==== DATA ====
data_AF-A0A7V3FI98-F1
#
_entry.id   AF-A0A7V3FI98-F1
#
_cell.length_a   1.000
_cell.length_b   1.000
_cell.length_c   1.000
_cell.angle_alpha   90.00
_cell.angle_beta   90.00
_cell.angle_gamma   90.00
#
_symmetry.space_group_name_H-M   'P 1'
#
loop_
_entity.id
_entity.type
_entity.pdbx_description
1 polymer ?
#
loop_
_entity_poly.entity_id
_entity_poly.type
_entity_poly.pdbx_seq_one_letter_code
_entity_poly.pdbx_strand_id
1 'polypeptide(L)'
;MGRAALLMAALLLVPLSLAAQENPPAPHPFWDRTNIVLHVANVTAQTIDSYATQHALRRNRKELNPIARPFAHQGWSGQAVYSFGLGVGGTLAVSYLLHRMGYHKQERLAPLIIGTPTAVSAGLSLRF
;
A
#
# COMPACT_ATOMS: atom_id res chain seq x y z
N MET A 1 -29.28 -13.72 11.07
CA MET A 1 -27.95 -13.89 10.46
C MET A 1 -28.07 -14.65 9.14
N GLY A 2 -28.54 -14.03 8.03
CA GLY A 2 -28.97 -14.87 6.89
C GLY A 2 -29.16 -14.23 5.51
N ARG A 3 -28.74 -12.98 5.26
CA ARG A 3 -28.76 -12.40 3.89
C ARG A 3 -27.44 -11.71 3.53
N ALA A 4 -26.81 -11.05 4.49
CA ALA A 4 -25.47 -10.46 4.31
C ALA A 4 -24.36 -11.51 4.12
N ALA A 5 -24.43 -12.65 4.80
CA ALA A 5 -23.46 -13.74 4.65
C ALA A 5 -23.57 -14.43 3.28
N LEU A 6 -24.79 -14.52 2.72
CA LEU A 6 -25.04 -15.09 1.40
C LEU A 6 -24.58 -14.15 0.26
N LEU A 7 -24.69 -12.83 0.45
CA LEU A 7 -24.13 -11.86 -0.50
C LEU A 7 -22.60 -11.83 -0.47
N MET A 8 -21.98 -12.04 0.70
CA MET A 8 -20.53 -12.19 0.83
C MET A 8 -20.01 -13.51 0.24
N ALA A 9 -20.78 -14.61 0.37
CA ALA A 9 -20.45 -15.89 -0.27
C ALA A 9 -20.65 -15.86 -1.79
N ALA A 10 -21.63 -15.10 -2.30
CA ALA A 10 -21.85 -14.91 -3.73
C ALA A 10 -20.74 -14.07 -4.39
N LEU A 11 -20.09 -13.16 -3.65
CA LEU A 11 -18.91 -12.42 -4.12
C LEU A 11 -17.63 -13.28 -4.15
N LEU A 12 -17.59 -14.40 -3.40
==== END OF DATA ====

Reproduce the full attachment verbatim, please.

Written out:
data_AF-A0A7V3FI98-F1
#
_entry.id   AF-A0A7V3FI98-F1
#
_cell.length_a   1.000
_cell.length_b   1.000
_cell.length_c   1.000
_cell.angle_alpha   90.00
_cell.angle_beta   90.00
_cell.angle_gamma   90.00
#
_symmetry.space_group_name_H-M   'P 1'
#
loop_
_entity.id
_entity.type
_entity.pdbx_description
1 polymer ?
#
loop_
_entity_poly.entity_id
_entity_poly.type
_entity_poly.pdbx_seq_one_letter_code
_entity_poly.pdbx_strand_id
1 'polypeptide(L)'
;MGRAALLMAALLLVPLSLAAQENPPAPHPFWDRTNIVLHVANVTAQTIDSYATQHALRRNRKELNPIARPFAHQGWSGQAVYSFGLGVGGTLAVSYLLHRMGYHKQERLAPLIIGTPTAVSAGLSLRF
;
A
#
# COMPACT_ATOMS: atom_id res chain seq x y z
N MET A 1 -29.28 -13.72 11.07
CA MET A 1 -27.95 -13.89 10.46
C MET A 1 -28.07 -14.65 9.14
N GLY A 2 -28.54 -14.03 8.03
CA GLY A 2 -28.97 -14.87 6.89
C GLY A 2 -29.16 -14.23 5.51
N ARG A 3 -28.74 -12.98 5.26
CA ARG A 3 -28.76 -12.40 3.89
C ARG A 3 -27.44 -11.71 3.53
N ALA A 4 -26.81 -11.05 4.49
CA ALA A 4 -25.47 -10.46 4.31
C ALA A 4 -24.36 -11.51 4.12
N ALA A 5 -24.43 -12.65 4.80
CA ALA A 5 -23.46 -13.74 4.65
C ALA A 5 -23.57 -14.43 3.28
N LEU A 6 -24.79 -14.52 2.72
CA LEU A 6 -25.04 -15.09 1.40
C LEU A 6 -24.58 -14.15 0.26
N LEU A 7 -24.69 -12.83 0.45
CA LEU A 7 -24.13 -11.86 -0.50
C LEU A 7 -22.60 -11.83 -0.47
N MET A 8 -21.98 -12.04 0.70
CA MET A 8 -20.53 -12.19 0.83
C MET A 8 -20.01 -13.51 0.24
N ALA A 9 -20.78 -14.61 0.37
CA ALA A 9 -20.45 -15.89 -0.27
C ALA A 9 -20.65 -15.86 -1.79
N ALA A 10 -21.63 -15.10 -2.30
CA ALA A 10 -21.85 -14.91 -3.73
C ALA A 10 -20.74 -14.07 -4.39
N LEU A 11 -20.09 -13.16 -3.65
CA LEU A 11 -18.91 -12.42 -4.12
C LEU A 11 -17.63 -13.28 -4.15
N LEU A 12 -17.59 -14.40 -3.40